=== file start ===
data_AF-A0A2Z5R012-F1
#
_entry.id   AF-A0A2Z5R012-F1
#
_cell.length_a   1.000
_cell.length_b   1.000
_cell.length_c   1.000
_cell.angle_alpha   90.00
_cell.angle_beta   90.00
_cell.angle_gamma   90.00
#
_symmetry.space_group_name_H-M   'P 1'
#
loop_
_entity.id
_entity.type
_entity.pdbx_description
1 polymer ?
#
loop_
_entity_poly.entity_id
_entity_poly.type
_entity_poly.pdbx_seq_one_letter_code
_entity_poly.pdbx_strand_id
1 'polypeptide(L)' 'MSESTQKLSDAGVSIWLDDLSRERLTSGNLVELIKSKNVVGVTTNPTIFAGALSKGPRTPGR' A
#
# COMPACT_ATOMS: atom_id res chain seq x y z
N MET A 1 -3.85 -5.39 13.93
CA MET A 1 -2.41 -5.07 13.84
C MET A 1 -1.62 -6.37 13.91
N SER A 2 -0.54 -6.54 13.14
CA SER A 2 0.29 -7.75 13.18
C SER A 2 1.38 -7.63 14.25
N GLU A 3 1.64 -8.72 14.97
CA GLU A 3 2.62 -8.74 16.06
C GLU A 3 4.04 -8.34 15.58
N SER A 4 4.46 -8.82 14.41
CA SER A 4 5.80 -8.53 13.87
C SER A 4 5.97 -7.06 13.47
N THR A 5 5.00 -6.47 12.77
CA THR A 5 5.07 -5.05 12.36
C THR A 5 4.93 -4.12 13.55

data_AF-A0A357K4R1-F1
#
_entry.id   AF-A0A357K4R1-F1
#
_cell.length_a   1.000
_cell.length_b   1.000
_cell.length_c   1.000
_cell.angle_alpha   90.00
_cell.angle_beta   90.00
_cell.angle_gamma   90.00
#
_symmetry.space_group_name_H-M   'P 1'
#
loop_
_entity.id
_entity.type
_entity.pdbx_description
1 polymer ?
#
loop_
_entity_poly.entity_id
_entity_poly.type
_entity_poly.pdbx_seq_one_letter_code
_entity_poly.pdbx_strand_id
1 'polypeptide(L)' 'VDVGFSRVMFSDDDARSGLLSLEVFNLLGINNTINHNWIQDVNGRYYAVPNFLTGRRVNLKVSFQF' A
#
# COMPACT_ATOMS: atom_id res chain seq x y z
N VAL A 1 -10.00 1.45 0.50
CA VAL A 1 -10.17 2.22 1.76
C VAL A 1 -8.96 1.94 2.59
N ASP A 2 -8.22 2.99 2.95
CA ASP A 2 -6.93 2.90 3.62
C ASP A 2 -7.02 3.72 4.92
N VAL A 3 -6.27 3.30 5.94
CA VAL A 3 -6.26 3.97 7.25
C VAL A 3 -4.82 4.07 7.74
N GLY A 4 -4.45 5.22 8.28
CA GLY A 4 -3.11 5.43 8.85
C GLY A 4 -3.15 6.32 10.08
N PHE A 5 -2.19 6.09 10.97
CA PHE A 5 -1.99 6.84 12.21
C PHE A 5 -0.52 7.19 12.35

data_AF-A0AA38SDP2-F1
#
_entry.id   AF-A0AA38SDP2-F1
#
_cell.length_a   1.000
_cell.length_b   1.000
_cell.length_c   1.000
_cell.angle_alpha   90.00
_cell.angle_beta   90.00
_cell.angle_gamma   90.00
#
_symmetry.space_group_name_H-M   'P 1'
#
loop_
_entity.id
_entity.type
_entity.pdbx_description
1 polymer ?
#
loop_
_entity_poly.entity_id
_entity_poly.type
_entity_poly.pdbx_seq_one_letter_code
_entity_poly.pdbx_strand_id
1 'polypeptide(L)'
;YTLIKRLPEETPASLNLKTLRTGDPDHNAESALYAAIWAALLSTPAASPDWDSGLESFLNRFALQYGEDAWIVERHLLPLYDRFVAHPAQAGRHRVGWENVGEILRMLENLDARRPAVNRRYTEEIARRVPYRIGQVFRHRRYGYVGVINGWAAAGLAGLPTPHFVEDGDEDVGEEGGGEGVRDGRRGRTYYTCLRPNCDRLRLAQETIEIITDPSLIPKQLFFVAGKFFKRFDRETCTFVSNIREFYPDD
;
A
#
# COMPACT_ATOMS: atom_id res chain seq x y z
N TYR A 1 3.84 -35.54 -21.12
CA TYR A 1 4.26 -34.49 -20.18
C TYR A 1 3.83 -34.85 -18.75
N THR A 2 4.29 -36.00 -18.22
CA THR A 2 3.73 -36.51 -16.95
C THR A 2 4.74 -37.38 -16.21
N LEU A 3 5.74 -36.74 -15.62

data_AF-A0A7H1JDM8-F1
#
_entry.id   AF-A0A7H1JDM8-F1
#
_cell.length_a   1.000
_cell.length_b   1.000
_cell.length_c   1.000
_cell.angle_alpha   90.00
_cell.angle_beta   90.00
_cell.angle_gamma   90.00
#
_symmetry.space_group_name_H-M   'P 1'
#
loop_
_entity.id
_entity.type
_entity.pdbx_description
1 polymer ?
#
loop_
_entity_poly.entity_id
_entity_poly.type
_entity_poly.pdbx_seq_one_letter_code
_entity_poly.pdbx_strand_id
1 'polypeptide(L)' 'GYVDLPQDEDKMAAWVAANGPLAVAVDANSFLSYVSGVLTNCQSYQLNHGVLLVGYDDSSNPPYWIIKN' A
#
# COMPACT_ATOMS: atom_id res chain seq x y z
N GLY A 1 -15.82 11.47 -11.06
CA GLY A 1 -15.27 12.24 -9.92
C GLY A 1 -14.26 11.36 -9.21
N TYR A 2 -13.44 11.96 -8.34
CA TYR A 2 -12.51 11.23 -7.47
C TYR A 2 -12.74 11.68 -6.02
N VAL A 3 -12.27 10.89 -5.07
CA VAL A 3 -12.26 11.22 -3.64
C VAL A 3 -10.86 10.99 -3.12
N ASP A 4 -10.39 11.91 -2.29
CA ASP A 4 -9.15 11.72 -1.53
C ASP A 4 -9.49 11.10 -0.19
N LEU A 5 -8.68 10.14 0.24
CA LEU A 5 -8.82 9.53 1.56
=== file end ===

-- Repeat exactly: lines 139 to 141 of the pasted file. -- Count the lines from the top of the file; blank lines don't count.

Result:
1 polymer ?
#
loop_